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Best Buy Ends Work-From-Home Program Known As 'Results Only Work Environment'

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About a week after Yahoo CEO Marissa Mayer caused a storm of controversy for ending Yahoo's work-from-home policy, Best Buy announced it's doing much the same thing.

The Minneapolis Star-Tribune, which first broke the story, reported that Best Buy said Monday it was ending its "Results Only Work Environment" (ROWE) program, which allowed corporate employees to work flexible hours from outside the office. Managers, however, will still be able to allow some people to work from home, the paper notes.

Working from home "used to be a right, now its a discussion," Jeff Shelman, a spokesman for Best Buy, told The Huffington Post in an email, stressing that employees can still work from home with a manager's approval.

"We believe in employee flexibility but it needs to come in the context of a conversation ... about what the results are and how the work gets done," Shelman said.

According to CNET, But Best Buy said its decision wasn't prompted by the news at Yahoo; the company had actually brought up the issue with employees a month ago.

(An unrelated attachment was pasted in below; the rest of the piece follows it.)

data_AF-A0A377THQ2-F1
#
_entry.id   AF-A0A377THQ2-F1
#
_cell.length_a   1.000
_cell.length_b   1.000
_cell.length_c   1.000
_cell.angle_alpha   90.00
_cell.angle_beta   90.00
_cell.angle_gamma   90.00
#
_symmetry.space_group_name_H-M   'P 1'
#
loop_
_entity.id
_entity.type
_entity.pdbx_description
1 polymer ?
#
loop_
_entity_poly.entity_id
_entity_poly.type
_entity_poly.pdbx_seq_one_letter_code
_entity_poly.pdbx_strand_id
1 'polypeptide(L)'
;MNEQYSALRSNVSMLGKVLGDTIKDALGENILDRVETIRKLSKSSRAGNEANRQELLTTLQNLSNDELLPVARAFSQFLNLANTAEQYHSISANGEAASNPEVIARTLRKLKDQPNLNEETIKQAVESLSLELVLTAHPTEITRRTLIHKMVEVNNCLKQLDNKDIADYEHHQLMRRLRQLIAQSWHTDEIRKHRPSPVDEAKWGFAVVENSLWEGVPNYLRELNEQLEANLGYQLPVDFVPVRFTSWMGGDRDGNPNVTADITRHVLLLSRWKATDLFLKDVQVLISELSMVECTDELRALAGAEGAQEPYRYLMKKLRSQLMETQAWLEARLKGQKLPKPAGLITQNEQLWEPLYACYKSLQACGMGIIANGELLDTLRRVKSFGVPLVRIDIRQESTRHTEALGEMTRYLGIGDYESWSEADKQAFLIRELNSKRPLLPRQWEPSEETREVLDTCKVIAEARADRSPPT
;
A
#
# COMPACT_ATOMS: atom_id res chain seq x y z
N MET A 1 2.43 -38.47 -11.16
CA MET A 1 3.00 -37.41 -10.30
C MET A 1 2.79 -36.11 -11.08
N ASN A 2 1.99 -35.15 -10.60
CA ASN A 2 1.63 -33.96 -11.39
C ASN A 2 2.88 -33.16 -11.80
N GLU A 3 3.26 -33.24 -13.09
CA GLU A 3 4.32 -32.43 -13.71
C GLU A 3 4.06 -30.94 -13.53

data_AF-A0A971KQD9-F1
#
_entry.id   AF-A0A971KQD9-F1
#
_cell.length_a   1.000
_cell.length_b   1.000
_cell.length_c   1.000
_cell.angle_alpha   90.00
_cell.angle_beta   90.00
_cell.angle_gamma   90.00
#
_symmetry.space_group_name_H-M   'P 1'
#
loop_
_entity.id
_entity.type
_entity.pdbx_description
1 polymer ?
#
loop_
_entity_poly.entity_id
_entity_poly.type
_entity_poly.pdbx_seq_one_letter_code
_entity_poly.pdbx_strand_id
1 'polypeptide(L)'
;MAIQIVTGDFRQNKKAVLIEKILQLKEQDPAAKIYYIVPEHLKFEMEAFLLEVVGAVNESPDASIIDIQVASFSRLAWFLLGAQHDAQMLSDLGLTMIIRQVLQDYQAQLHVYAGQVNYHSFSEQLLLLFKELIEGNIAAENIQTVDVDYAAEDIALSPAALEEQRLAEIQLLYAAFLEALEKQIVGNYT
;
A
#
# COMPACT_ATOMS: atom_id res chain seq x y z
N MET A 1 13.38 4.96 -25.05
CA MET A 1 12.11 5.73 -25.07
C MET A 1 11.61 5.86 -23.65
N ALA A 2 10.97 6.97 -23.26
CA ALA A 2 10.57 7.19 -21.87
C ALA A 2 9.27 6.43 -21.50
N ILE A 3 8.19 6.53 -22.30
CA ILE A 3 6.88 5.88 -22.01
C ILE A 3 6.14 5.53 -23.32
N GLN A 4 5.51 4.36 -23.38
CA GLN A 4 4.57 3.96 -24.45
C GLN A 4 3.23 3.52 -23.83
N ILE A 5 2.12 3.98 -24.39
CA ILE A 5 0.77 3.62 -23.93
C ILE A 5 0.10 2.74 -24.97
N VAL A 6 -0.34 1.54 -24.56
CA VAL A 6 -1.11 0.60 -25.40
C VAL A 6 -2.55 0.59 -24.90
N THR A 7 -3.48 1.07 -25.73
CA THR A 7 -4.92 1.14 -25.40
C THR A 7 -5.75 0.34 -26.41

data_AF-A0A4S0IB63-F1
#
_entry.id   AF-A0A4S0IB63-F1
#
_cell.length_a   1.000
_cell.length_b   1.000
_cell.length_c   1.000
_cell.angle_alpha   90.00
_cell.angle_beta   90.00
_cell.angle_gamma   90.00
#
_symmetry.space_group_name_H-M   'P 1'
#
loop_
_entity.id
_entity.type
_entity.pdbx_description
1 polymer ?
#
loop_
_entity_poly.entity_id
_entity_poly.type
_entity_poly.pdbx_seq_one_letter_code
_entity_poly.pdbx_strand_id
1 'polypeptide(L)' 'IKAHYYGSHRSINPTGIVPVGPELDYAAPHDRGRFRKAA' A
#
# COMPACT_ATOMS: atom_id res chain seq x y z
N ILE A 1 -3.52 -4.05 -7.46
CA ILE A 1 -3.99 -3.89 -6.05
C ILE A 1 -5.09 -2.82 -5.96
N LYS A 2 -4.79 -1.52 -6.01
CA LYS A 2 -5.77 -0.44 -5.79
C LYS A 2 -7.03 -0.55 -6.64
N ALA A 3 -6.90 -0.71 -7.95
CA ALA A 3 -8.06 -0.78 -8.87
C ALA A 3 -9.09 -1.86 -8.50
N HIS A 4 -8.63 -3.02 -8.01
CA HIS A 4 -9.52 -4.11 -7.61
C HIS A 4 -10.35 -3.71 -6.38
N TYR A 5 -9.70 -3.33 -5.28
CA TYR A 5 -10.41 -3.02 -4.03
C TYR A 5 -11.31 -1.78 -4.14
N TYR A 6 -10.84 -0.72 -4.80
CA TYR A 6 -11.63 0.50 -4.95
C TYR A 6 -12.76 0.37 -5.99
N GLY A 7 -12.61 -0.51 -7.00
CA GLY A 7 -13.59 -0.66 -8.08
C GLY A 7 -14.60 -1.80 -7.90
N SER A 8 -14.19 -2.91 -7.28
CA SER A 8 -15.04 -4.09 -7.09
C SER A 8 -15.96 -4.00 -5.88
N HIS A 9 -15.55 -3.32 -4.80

Best Buy's "Results Only Work Environment," whose central tenet was rewarding productivity rather than time spent working, was founded in 2005 by two Best Buy human resources staffers, according to Bloomberg Businessweek. The program was so transformative at Best Buy that the company even created a subsidiary called CultureRx, designed to export the idea to other companies, the outlet notes.

Best Buy CEO Hubert Joly hasn't commented publicly on the news, but in February he said that ROWE was "fundamentally flawed from a leadership perspective," according to the Star Tribune.

Recently, Best Buy has seen its share of difficulty. Just last week, the company cut about 400 jobs at its corporate headquarters, a move that (in addition to other cost-cutting measures) would save the company about $150 million.

Joly has been engaged in transforming the struggling company since he became CEO in August. He said he plans on ultimately cutting $725 million in costs.

(h/t Newser)

CORRECTION: A previous version of this story misidentified the original source of reports about the Best Buy program change as the "Minnesota" Star-Tribune.

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